Larger tonnage requires new methods
With larger tonnage raw materials, containers are required for transportation and this could potentially increase the risk of manipulating the content. However, the use of this process would dramatically increase opportunities to trace the source of the raw material. One way to add further security to the solution for larger tonnage resources could be to take a sample from the container and seal it in a similar manner to the example above related to gold. This sample is sent together with the container. The raw material in the container is analysed and compared to the sample in the bag when it reaches the refinery. If the two don’t match, it is likely that the raw material in the container has been manipulated or was sourced from another mine.
I am convinced that we as an industry must introduce this type of traceability, even if the method is not yet perfect. At the same time, we must support the work of other traceability initiatives, such as leveraging block chain technology, AI or other digital tools.
My vision is that the minerals used in EV batteries will become the strongest link in the sustainability chain.
Roberto García Martínez
The transformation of the transport and vehicle industry towards greater electrification is set to continue. At Eurobattery Minerals, we are committed to becoming an important part of this value chain and as such, to contribute to a more sustainable future. We have one clear and long-term vision: to provide battery minerals (primarily nickel, copper and cobalt) mined in Europe to the European EV industry – ethically and with full traceability. In doing so, we strive to be the very foundation of the battery value chain.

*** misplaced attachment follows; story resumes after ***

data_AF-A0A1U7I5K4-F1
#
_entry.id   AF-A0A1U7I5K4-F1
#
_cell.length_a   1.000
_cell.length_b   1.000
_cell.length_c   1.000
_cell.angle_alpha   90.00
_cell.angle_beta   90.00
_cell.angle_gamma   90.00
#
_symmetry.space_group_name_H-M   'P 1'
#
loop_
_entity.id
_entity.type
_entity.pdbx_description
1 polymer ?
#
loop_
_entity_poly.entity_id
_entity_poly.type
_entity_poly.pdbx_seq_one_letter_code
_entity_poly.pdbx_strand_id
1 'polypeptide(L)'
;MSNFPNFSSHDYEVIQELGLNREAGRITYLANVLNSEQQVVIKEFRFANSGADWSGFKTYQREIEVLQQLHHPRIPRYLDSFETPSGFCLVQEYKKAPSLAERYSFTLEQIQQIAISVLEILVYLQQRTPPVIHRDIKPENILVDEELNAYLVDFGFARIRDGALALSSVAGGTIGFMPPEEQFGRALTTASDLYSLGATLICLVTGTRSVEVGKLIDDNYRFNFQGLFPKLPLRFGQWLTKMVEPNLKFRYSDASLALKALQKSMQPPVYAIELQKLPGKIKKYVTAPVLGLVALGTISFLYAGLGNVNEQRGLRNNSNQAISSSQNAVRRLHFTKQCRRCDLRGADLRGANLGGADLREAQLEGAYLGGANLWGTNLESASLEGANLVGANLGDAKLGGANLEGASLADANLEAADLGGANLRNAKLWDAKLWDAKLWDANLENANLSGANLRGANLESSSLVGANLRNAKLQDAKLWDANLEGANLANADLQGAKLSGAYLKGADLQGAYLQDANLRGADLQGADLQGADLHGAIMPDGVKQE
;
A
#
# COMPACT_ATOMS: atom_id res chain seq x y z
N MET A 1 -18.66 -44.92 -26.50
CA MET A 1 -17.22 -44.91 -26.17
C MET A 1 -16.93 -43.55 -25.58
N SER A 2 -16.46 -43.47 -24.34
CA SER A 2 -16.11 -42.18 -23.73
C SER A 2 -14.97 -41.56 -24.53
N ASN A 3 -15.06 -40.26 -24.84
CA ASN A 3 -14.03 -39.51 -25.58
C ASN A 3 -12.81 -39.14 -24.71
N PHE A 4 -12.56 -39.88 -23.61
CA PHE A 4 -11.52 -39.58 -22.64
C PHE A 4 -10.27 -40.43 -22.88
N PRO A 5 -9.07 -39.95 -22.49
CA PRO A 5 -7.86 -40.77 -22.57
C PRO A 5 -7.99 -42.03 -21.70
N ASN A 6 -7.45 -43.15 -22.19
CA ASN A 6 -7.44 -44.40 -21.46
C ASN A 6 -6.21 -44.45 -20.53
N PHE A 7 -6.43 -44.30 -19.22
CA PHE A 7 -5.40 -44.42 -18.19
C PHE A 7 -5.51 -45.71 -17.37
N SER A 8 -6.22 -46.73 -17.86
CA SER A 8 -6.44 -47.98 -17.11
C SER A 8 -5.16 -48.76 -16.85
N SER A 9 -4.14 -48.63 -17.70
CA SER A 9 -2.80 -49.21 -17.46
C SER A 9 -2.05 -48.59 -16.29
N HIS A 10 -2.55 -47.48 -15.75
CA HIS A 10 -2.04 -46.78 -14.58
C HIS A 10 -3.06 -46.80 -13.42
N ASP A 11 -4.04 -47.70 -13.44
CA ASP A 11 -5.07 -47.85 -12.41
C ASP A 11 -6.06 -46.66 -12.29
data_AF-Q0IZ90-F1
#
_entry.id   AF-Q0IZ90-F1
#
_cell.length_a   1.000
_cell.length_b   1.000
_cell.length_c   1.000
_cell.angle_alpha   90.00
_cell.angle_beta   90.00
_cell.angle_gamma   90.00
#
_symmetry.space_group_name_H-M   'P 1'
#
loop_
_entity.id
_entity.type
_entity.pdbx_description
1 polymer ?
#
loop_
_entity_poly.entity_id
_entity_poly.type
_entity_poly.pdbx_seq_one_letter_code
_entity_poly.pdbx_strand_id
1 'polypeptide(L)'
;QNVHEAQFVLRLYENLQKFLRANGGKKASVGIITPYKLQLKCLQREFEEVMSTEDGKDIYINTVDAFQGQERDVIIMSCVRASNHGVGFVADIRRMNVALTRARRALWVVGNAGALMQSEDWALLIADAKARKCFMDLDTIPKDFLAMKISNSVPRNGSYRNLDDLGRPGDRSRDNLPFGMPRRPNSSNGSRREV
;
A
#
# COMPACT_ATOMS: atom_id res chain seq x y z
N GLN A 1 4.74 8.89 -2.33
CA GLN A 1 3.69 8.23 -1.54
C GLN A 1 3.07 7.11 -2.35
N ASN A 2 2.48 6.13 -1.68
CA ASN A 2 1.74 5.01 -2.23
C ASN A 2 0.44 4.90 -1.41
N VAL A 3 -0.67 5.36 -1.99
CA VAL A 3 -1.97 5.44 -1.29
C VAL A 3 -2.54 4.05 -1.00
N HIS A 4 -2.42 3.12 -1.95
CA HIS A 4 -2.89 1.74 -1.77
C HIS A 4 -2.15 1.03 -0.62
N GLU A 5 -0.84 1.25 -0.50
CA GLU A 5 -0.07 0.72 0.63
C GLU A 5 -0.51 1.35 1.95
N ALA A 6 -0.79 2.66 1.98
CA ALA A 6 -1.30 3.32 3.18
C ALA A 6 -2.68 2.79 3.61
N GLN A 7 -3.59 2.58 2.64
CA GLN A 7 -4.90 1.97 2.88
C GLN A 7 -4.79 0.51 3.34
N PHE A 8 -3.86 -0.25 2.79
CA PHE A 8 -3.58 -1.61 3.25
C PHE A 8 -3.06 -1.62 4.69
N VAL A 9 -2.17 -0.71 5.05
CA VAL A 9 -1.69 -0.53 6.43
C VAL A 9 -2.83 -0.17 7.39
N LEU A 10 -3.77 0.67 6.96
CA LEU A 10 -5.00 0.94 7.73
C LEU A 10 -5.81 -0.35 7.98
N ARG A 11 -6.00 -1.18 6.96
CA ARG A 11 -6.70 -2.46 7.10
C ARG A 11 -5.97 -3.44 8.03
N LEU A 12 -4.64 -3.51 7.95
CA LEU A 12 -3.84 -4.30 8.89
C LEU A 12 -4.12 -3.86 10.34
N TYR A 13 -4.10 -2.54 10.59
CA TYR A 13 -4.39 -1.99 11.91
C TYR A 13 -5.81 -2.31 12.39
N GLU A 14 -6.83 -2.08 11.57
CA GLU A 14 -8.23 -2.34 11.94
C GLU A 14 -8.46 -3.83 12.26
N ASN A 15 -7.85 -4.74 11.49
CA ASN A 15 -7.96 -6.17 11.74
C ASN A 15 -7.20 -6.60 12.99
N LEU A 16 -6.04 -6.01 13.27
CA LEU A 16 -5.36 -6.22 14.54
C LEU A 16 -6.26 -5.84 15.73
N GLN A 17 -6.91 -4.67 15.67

The mining industry is an important part of the transformation
As the transition from fossil fuel to EV vehicles progresses, the European Union has clearly identified the important role the mining industry has to play in achieving this shift. And as car manufacturers launch a wide range of new EV cars, the need is growing for battery development and manufacturing. As a result, battery minerals – some 35 different minerals are needed in a single battery – have quickly become one of the most important raw materials on earth.
This is particularly true for Europe. Analysts estimate that only 2–4 per cent of batteries needed by the European EV industry are manufactured in the region. Even if new battery factories are opening in Europe, demand is still much greater than supply.
Dependency to a few producing countries is not sustainable
As with any important raw material, countries with access to such assets are quick to ensure that their needs are met first. Bearing this situation in mind, let me be very clear, the necessary minerals for battery manufacturing are not a scarce resource. But we cannot be reliant on other parts of the world to fulfil the battery and battery mineral needs of European auto manufacturers. For large industries, such uncertainty in the supply chain is simply not a viable working process.
Furthermore, being dependent on a few countries is not a feasible working strategy from a sustainability perspective. Unfortunately, in some parts of the world, the mining industry is still struggling with both environmental and labour challenges. For example, most of the world’s cobalt is mined in Congo where the mining industry faces severe challenges in the form of child labour, environmental problems and even armed conflicts.
The EU must work harder for European battery minerals
All of the above provide a clear signal that the EU needs to work even harder to source its own battery minerals within Europe. Having worked in the mining industry for many years and witnessed the development in methods and processes, we believe the European mining industry has all the prerequisites to be a sustainable industry and an important contributor to the electrification of the transportation sector.
Eurobattery Minerals is already part of the race and we are looking forward advancing the industry.
Roberto García Martínez